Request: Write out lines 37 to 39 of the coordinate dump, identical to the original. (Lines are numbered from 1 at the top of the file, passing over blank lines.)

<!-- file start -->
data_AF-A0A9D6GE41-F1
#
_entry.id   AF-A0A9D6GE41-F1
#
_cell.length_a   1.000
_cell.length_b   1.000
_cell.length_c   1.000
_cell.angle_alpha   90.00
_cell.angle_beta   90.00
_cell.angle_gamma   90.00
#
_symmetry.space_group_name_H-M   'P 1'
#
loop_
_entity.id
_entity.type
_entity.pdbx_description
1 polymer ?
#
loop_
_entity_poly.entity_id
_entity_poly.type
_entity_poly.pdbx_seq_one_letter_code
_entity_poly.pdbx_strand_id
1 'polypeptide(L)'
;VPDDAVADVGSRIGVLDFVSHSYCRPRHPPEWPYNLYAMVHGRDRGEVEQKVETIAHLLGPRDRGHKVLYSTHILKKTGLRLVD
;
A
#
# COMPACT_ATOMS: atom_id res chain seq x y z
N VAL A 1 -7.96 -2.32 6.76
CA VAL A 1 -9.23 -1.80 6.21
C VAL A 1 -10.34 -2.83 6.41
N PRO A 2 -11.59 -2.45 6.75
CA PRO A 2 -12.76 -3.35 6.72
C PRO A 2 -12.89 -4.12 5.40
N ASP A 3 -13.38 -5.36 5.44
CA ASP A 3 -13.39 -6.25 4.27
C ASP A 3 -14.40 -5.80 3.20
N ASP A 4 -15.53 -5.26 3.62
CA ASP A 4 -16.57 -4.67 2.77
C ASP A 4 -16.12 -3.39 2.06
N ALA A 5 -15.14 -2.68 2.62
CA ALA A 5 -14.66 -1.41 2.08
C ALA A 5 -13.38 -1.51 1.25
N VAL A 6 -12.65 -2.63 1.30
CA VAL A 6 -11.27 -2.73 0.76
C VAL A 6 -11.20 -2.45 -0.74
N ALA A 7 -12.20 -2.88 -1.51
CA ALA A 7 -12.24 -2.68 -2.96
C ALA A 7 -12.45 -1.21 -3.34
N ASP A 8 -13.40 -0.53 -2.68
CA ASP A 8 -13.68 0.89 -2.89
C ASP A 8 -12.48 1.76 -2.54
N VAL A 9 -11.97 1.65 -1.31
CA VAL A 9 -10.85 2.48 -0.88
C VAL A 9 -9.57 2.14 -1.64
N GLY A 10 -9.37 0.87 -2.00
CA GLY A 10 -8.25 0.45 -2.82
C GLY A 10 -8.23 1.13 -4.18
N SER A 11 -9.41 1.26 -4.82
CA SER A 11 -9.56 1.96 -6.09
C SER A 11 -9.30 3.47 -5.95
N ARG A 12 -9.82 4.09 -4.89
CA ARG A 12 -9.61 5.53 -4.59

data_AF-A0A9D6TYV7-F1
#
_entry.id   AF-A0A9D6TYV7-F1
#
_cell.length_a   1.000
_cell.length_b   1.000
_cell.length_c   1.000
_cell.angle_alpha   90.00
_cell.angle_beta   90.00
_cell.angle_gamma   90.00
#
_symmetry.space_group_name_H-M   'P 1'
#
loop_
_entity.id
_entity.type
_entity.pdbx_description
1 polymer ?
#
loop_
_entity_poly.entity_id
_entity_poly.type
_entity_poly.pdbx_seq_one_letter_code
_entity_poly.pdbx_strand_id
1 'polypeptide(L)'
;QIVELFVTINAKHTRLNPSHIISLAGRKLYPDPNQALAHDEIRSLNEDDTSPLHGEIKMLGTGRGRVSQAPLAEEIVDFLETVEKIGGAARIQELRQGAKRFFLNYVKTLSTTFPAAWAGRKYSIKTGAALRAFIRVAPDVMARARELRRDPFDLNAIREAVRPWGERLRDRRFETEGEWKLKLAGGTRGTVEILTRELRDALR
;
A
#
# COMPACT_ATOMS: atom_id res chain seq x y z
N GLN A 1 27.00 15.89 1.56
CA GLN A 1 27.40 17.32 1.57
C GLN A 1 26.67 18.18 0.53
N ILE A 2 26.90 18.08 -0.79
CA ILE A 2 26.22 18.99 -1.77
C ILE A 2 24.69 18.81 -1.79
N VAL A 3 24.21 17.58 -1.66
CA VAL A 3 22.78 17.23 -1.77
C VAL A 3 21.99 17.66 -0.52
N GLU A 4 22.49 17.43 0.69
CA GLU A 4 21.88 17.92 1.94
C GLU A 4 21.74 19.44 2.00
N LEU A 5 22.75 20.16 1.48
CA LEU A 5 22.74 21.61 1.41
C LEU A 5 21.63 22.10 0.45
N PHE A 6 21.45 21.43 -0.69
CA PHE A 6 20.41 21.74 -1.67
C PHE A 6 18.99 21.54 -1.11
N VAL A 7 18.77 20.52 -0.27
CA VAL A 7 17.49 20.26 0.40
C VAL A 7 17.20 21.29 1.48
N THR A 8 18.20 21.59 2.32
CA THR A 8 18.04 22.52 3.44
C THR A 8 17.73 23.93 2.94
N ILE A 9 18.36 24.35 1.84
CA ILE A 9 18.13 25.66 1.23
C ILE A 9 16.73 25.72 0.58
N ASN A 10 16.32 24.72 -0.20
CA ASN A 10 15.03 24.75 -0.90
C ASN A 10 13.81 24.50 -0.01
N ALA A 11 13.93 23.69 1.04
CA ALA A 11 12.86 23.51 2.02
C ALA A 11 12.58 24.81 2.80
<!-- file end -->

N ASP A 3 -13.38 -5.36 5.44
CA ASP A 3 -13.39 -6.25 4.27
C ASP A 3 -14.40 -5.80 3.20